No one denies that the vividly named Seidel's Suckhole offers challenges aplenty to rafters navigating the Arkansas River, as witnessed by the tragic death of Sue Ann Apolinar, who'd booked a journey with a company called Arkansas Valley Adventures.
Jesus Espinoza, Jr., Apolinar's son, subsequently sued AVA, maintaining that the firm had failed to properly divulge the risks at Seidel's. But a U.S. District Court judge has now rejected that claim. Videos, the ruling and more below.
See also: Photos: Woman's Drowning Death in Poudre River Third Since Memorial Day, published June 5
Seidel's Suckhole is a popular subject of YouTube videos. Here's one particularly action-packed example....
...while this one shows multiple people being ejected from a raft traveling through that stretch of the river:
The same thing happened with Apolinar, but with infinitely sadder results.
In June 2011, according to the order penned by Judge Marcia Krieger, Apolinar booked a trip called "24 Hours in Brown's Canyon" with Arkansas Valley Adventures. "She made reservations for herself, her significant other, her god-daughter and Mr. Espinoza because 'it looked like fun and was appropriate for [the group's] level of experience,'" the document states.
Prior to beginning the journey, Apolinar signed a document entitled "Rafting Warning, Assumption of Risk, and Release of Liability & Indemnification Agreement" on behalf of herself and her son, who was then a minor.
All went well on the first day of the trip. But on day two, the raft in which Apolinar was traveling capsized at Seidel's Suckhole and she was ejected. The motion notes that a guide pulled Apolinar back into the raft, but when it capsized a second time, she again entered the water and "was swept into a logjam, became entangled with the collection of tree logs and branches, and tragically drowned."
Among the arguments made by Espinoza in his lawsuit is that "on its website, AVA misrepresented that the trip was for beginners and was safe for families," the motion states. "In particular, he contends that AVA represented that this trip included no rapids rated higher than Class III rapids, when in reality one rapid known as Seidel's Suck Hole [sic] was a Class IV rapid. He states that had Ms. Apolinar known that Seidel's Suck Hole [sic] was a Class IV rapid, she would not have selected the particular rafting trip, participated in the trip or signed the Agreement."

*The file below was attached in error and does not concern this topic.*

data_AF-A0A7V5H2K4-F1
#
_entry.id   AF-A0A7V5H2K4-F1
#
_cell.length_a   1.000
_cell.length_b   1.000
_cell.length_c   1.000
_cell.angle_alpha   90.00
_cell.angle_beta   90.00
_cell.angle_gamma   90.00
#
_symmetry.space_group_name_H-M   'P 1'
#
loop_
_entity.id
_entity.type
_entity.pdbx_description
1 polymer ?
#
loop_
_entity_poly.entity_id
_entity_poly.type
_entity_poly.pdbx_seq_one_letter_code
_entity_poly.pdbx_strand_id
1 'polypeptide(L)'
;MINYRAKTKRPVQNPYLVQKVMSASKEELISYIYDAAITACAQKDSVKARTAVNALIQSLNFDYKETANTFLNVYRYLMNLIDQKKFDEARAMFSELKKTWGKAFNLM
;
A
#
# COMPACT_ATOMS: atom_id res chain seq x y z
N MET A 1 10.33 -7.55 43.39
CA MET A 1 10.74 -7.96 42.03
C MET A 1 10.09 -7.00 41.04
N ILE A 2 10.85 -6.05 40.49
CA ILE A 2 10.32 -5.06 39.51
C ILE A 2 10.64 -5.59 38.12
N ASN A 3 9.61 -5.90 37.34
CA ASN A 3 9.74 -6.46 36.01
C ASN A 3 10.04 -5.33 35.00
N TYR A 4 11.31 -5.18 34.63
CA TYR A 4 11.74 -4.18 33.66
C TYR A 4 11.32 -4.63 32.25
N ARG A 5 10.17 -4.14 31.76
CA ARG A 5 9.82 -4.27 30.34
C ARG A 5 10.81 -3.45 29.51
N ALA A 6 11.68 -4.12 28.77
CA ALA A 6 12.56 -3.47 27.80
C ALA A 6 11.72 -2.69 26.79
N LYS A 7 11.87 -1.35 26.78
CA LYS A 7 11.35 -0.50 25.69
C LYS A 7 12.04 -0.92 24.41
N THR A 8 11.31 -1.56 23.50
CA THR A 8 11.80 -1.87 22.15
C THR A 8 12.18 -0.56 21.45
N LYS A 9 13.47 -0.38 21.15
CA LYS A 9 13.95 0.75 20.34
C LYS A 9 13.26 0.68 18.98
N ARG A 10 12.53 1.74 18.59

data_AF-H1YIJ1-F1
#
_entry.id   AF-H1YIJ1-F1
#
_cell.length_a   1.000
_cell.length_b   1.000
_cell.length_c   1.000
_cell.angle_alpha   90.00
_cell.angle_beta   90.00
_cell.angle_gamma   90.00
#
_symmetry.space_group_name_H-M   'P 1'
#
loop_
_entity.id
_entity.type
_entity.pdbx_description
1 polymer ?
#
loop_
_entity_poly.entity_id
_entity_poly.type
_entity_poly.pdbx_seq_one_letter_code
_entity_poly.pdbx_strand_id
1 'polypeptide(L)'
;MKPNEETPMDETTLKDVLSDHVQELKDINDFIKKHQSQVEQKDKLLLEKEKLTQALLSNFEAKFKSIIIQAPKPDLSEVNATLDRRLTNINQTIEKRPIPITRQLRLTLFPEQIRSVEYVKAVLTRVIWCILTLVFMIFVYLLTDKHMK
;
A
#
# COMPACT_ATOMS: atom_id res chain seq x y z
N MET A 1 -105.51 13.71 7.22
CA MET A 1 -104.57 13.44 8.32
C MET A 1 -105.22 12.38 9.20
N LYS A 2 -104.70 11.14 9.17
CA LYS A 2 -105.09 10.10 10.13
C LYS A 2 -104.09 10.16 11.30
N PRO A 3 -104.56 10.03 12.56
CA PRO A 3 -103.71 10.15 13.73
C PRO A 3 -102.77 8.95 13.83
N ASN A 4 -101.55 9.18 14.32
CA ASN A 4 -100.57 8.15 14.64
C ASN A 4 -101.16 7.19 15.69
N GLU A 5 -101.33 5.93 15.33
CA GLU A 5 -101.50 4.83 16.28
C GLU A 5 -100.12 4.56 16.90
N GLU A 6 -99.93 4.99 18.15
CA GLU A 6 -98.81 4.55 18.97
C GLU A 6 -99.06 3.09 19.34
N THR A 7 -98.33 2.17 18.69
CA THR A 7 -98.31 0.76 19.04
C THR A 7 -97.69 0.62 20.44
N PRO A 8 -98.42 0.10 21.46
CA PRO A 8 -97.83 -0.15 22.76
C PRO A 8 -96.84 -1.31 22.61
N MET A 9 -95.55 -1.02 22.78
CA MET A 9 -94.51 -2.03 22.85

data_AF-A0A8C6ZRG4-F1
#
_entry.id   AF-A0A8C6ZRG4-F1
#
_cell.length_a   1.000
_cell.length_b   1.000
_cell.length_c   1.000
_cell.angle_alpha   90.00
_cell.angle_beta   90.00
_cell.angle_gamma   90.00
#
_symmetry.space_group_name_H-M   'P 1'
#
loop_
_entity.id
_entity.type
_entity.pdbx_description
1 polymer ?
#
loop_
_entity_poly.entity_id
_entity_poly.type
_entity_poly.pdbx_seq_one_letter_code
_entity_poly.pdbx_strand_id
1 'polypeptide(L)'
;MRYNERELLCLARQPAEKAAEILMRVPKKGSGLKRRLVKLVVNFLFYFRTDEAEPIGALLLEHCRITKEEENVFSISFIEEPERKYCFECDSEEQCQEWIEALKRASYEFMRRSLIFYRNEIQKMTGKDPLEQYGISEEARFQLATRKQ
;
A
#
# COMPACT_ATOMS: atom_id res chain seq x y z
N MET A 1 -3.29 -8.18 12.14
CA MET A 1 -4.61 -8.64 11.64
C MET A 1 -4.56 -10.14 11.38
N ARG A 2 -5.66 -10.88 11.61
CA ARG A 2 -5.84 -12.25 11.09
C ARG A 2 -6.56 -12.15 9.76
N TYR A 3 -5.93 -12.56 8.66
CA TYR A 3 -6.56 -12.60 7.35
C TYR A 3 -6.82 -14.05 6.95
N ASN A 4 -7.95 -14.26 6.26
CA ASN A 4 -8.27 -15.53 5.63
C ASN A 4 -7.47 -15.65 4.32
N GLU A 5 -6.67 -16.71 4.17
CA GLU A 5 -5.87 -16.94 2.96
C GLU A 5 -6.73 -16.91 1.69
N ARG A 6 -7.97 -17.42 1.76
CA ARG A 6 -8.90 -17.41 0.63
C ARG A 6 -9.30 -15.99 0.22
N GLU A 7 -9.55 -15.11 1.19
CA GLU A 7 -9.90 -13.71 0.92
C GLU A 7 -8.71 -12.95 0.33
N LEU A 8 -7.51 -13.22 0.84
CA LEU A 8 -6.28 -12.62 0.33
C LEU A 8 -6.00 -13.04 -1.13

Judge Krieger isn't convinced. She sees no reason to believe that Apolinar wouldn't have booked the trip if she knew that Seidel's Suckhole was a Class IV rapid. Likewise, she writes, there's no evidence "that an AVA employee told Ms. Apolinar that the Agreement or release language was not important, was not accurate, would not be enforced or did not mean what it said."
The release states in part that all rafting activity is "HAZARDOUS AND INVOLVES THE RISK OF PHYSICAL INJURY AND/OR DEATH."
As such, Krieger didn't find Arkansas Valley Adventures culpable in Apolinar's fatal accident.
Our condolences to Espinoza, as well as the friends, family and loved ones of Sue Ann Apolinar. Here's a look at the aforementioned motion.
Send your story tips to the author, Michael Roberts.
Keep Westword Free... Since we started Westword, it has been defined as the free, independent voice of Denver, and we would like to keep it that way. Offering our readers free access to incisive coverage of local news, food and culture. Producing stories on everything from political scandals to the hottest new bands, with gutsy reporting, stylish writing, and staffers who've won everything from the Society of Professional Journalists' Sigma Delta Chi feature-writing award to the Casey Medal for Meritorious Journalism. But with local journalism's existence under siege and advertising revenue setbacks having a larger impact, it is important now more than ever for us to rally support behind funding our local journalism. You can help by participating in our "I Support" membership program, allowing us to keep covering Denver with no paywalls.